Upon taking a handoff and exploding to the line of scrimmage or getting set to make a cut to his left, Jacob Kronebusch is planting his right foot with confidence.
During Ozark’s summer camp, the Tigers senior running back isn’t hesitant to put all of his weight on his right foot, after it was broken a year ago.
“I think my right foot has become stronger and more stable than my left foot,” Kronebusch said. “Our training staff has worked with it so much.”
Likewise, he reports his rehab went so well he was aware during track season in the spring that he was running better than ever.
“Coach (Shawn) Widel got me a lot faster,” Kronebusch said, referring to Ozark’s sprints coach. “I got my explosiveness and speed back. I’m feeling really good.”
Kronebusch appeared primed to burst upon the COC scene in a big way last year. As a sophomore two years ago, he showed his potential by carrying the ball 32 times for 262 yards rushing (8.2 avg.), to go along with 29 tackles at inside linebacker.
But his junior season was over before it could officially ever get started He broke several bones in his foot while trying to escape the grasp of a defender in Ozark’s jamboree.
“Somebody grabbed my foot and I tried to kick out of it,” Kronebusch said. “I felt a couple things pop. I was hurt and laid on the ground. Things changed very fast.”
Coach Chad Depee agonized over the injury and its timing.
“It was probably the last rep he was going to get that night,” Depee said.
Ultimately, it proved to be a season-ending injury. A comeback bid proved premature.
“I wanted to come back so badly that I figured I would try. I tried to work back into it. Unfortunately, I wasn't able to. I tried to practice in Week Six and it did not go very well,” Kronebusch said. “I ended up breaking another bone in my foot because it was not ready to come back. After that, I realized, 'I wasn't going to be able to come back that season.’”
“He busted his tail to try to get back, did everything he could,” Depee said. “It was one of those unfortunate deals.”
Depee related he hasn’t had many players respond to an injury with a champion’s character in the manner Kronebusch did.
“I tried to stay with the team as much as I could and support them and teach the underclassmen,” Kronebusch said.
“I watched him grow through the whole process,” Depee said. “It was tough for all of us. We had high expectations for him. It was a tough personal thing he had to deal with.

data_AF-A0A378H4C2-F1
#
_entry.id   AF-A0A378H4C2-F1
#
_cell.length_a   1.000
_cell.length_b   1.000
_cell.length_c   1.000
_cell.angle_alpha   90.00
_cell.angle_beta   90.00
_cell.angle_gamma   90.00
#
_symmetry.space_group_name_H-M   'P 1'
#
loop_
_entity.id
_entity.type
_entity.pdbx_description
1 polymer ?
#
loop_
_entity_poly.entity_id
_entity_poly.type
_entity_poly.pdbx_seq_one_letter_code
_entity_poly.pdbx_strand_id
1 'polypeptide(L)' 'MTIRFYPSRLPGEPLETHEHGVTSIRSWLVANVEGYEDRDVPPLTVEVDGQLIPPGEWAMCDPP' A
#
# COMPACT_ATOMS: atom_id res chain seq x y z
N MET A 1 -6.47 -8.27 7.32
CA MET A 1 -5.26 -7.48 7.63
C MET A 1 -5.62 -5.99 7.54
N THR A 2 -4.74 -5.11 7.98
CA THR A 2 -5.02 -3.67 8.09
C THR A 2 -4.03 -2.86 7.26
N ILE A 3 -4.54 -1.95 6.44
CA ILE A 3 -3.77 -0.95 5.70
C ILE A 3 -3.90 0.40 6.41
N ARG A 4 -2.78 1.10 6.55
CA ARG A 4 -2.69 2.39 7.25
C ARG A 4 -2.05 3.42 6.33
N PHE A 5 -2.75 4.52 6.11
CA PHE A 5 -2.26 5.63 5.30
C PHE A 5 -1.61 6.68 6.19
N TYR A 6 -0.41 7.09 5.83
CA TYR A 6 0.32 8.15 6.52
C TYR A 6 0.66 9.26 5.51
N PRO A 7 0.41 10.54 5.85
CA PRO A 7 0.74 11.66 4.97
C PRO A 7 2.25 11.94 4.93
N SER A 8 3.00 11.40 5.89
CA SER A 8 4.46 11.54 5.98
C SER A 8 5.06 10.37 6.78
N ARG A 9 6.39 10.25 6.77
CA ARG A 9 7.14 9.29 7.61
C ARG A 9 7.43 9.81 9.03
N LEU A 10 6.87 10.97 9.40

“But he was locked in with us the entire season. He was still with us and supporting everyone. In the role had to take, he did a tremendous job,” Depee added. “To watch him deal with it, grow up and stay invested in the team the whole time, that stuck with me.”
The sight of Kronebusch flashing his breakaway speed as a sophomore also has stayed with Depee. Kronebusch broke free for an 85-yard touchdown run and ran 88 yards for a touchdown after a fumble recovery.
Kronebusch obviously doesn’t have the experience of Carthage senior stud Luke Gall, the reigning Missouri Class 5 Offensive Player Of The Year. But both of them are in the 6-foot-0, 200-pound range and have exceptional speed for big men.
Gall has had plenty of chances to show off his talents going all the way back to his freshman season. Now, Ozark hopes it’s Kronebusch’s turn.
“It's such a special skill that he has — he’s a big, strong kid and also has that speed,” Depee said. “Football is a speed game. That gives him an advantage. We saw that as a sophomore. His speed helps him on the defensive side. He had a tremendous off-season and we are thankful he is back on the field. He's looking great. We're excited to see his skills back in action.”
“I'm so excited,” Kronebusch said. “I haven't had a snap of ‘Friday Night Football’ in almost two years. I'm very excited to come back.”
Just as Gall stars on offense and defense, Ozark’s plan for Kronebusch is to let him loose on both sides of the ball.
“You can expect him to be a big physical presence on the offensive side and on the defensive side he'll be at D-end trying to cause havoc,” Depee said. “We can't wait to see how he contributes.”
Kronebusch’s conditioning will obviously be tested. To that end, he’s certainly gotten himself acclimated to the 90- and 100-degree heat. In addition to summer camp workouts, he’s also been out under the sun while mowing grass all over Ozark’s school grounds.
Kronebusch and several other Tigers have worked in the school’s maintenance department over the summer.
“I always have a water bottle on me,” he said.
He’s happy he’ll also be constantly on the go on Friday nights and is confident his conditioning will allow him to do so.
“I love defense. You go out there and hit someone as hard as you can while doing your job. You can hit somebody and nobody is going to get mad at you,” Kronebusch said. “If you're going to be playing both ways, you've got to be able to go and go and go without stopping. If I had the choice, I would not come off the field.”
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